Heavy alcohol consumption during adolescence can adversely impact on the brain development, and new data suggests that this habit can have a direct impact on first-generation children, their social behaviors, and their evolution during their puberty.
The research was released in the Journal of the Endocrine Society of the Endocrinology Society of America, the most popular and appreciated organization of researchers in Endocrinology, dedicated to hormone research and helping people who suffer from hormonal disorders.
“Our animal study shows that drinking to drunkenness before pregnancy can affect future offspring,” says lead author Toni Pak, from the Loyola University Chicago in Maywood, Illinois.
“This is true for the behavior of both parents, not just the mother. Our previous data support the idea that alcohol affects sperm and eggs, but this latest work shows the extent of these effects on social behavior, maturation during puberty and stress hormones as offspring grow into adulthood,” the researcher added.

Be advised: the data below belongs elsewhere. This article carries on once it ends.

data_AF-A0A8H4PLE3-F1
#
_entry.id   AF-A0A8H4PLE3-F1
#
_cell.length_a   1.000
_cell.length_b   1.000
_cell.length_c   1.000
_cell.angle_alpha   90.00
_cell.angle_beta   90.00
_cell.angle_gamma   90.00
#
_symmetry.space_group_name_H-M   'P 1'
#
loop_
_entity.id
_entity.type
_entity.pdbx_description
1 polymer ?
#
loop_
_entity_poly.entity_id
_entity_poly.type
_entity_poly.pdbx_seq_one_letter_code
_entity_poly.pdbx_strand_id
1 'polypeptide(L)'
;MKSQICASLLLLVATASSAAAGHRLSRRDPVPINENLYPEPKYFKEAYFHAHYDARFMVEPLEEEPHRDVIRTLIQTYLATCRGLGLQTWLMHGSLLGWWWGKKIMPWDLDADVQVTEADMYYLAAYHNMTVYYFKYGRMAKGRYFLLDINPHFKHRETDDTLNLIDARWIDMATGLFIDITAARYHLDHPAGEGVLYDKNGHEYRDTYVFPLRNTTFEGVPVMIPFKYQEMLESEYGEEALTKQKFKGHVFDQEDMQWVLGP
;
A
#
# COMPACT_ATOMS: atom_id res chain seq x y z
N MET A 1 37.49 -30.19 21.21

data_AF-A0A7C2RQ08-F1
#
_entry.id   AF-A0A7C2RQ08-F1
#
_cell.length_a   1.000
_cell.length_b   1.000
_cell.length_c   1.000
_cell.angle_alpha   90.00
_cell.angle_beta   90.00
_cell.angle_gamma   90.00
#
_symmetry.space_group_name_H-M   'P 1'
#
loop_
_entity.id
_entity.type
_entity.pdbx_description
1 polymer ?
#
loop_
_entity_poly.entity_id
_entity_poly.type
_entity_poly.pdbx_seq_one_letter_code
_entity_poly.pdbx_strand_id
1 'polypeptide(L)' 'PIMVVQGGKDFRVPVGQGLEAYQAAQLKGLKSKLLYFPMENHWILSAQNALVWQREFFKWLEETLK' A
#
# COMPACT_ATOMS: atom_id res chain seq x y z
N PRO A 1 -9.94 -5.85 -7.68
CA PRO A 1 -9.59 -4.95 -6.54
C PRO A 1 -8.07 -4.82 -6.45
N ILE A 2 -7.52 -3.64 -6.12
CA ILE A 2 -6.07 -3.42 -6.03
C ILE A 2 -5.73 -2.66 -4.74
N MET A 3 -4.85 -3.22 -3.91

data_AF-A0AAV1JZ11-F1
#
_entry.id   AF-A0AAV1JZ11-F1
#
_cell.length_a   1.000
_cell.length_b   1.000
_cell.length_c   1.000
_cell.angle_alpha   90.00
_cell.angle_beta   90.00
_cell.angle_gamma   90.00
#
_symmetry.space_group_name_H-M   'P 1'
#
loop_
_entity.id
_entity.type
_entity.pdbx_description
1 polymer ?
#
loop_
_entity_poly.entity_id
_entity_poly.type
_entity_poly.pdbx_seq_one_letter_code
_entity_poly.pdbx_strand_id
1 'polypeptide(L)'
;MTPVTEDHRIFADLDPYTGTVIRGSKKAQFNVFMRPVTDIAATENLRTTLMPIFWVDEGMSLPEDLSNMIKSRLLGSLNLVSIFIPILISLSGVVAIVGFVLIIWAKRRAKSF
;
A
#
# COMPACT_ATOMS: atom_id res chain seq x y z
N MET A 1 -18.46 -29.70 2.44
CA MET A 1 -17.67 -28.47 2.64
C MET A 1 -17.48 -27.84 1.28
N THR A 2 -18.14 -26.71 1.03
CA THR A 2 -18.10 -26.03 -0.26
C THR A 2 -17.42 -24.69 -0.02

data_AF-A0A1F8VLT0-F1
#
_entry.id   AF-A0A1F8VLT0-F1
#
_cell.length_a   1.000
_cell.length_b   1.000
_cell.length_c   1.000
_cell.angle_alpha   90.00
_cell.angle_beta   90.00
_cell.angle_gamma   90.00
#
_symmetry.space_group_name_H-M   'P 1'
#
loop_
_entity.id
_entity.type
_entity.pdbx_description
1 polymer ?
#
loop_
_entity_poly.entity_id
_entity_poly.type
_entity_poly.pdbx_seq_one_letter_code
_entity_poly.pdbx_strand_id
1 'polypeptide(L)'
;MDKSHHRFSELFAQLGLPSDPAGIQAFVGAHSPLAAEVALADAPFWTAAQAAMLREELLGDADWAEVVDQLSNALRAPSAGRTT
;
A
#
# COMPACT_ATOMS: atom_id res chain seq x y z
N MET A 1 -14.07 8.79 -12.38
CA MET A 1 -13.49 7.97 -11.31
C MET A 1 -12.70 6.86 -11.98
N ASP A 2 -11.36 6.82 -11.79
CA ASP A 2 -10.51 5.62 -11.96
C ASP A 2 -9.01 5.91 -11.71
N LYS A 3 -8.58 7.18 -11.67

Heavy alcohol consumption during adolescence can negatively impact on future offsprings
During their research on lab rodents, the scientists discovered that the offsprings of the rats which were forced to heavy alcohol consumption during their adolescence presented a number of possible consequences of their parents’ habits, such as reduced body weight, fewer play habits, and a reduction in the amount of circulating testosterone.
Moreover, the parents did not transmit any adaptive features to their offsprings that would help them to better cope with alcohol. “By better understanding what pre-parenthood behaviors affect future generations, we can do more to prevent their perpetuation,” Dr. Toni Pak concludes.
On the other hand, as concluded by previous research studies on heavy alcohol consumption, heavy drinking is one of the leading causes of infertility and sexual dysfunctions in both men and women.
Now, that they proved that heavy alcohol consumption during adolescence could also negatively impact on the future offsprings of heavy drinkers, scientists hope their research will make a difference.